Page last updated



What Do We Do When the Spirit Starts Messing With our Worship?
A sermon based on Acts 2:1-21
by Rev. Thomas Hall

The title of my words this morning is lengthier than usual and reflects what a lot of people think about Pentecost Sunday: “Overcoming Pentecost or What Do We Do When the Spirit Starts Messing With our Worship?” Because this Sunday is Pentecost Sunday and because the day has much to do with the Holy Spirit, I want to shift gears. Instead of the usual homily format, let me offer you a Q/A session. These are going to be real questions and I hope that the answers will reflect not only the church in general but us here at ___________. The answers to these questions are given by Dr. William Willimon, the chaplain at The Divinity School, Duke University in Durham, North Carolina. I warn you ahead of time that this United Methodist chaplain speaks tongue in cheek. But his teasing with us also reflects a deep concern that he has for the Church. So don’t be offended or shocked by his answers, but do be listening to what the Spirit is saying to us.

Question: “Why do I hear so little about the Holy Spirit?” The man had noted how seldom the Holy Spirit had appeared in his preaching.

Willimon’s Answer: “Because this man is a layperson, a professor of chemistry, and voted for Bush, how was I to explain? The risks and pitfalls of working with the Holy Spirit are so great that it is better not to pray, “Open our hearts and minds by the power of your Holy Spirit so that as the Scriptures are read and proclaimed, we may hear what you say to us today.” This petition, often requested, and in my experience, he says, seldom fulfilled, is an invitation to trouble. The Holy Spirit, in my dealings with him, or her, tends to be pushy, assertive, antagonistic, and imperialistic. It is the nature of the Holy Spirit to want to take over wherever he, or she, intrudes. The Holy Spirit seems to abhor a vacuum, and frankly, many churches on Sunday morning are vacuous.”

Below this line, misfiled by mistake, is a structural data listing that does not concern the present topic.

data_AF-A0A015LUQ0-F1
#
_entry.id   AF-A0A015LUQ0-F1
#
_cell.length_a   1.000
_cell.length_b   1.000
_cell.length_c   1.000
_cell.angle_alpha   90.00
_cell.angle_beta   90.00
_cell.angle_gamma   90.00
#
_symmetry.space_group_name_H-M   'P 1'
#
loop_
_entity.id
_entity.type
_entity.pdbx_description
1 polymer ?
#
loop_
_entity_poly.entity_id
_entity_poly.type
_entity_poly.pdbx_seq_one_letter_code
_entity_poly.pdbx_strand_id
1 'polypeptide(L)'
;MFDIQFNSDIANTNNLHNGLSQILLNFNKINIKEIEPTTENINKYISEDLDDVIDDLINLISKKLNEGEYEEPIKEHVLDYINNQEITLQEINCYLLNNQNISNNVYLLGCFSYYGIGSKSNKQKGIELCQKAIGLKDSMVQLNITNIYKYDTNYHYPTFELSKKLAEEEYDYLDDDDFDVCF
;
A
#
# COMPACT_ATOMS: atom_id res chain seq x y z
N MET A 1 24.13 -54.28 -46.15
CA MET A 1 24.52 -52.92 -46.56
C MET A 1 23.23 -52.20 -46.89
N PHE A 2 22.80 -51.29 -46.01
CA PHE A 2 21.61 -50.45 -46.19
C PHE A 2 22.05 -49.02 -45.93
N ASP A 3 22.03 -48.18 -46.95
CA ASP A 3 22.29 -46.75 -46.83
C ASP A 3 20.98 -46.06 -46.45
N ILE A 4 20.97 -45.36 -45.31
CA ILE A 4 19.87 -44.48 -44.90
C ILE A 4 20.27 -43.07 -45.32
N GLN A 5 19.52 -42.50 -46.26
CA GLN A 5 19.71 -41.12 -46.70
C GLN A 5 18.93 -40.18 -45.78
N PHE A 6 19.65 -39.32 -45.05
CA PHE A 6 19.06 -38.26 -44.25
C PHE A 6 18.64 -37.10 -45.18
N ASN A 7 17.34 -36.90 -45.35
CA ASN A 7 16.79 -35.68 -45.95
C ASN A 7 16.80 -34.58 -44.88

Question: “Why do we follow an Order of Worship, or read from a bulletin on Sunday morning in our worship?” many laypersons have asked that one.

Willimon’s Answer: We need to keep all of the empty spaces filled-keep talking, keep people going through the motions, keep their noses in the bulletins-in order that there be a minimum of open space, gaps, or dead air. The Holy Spirit takes unplanned gaps as personal invitations to push into our liturgy. If that happens, it is difficult to predict where we might be by noon. And we preachers have a solemn duty always to stay with the flow, to assure our congregations that a chief pastoral role is to protect them from unwarranted intrusions of the Divine that might keep them past the hour of worship.

In personal experience, he goes on to say, I have seen cautious, well-ordered congregations get loose, lurch to the left, even begin to shout and raise their little spirit-filled hands in prayer , just because the Holy Spirit has come to church. I don’t have to tell you why this sort of thing is to be avoided. Control is one of the main functions of clergy. And the Holy Spirit likes nothing better than to take a perfectly decent and decorous Service of Worship and transform it into some sort of heart-happy, out of control hootenanny. If congregations cannot trust their pastors to protect them from the Holy Spirit, whom can they trust?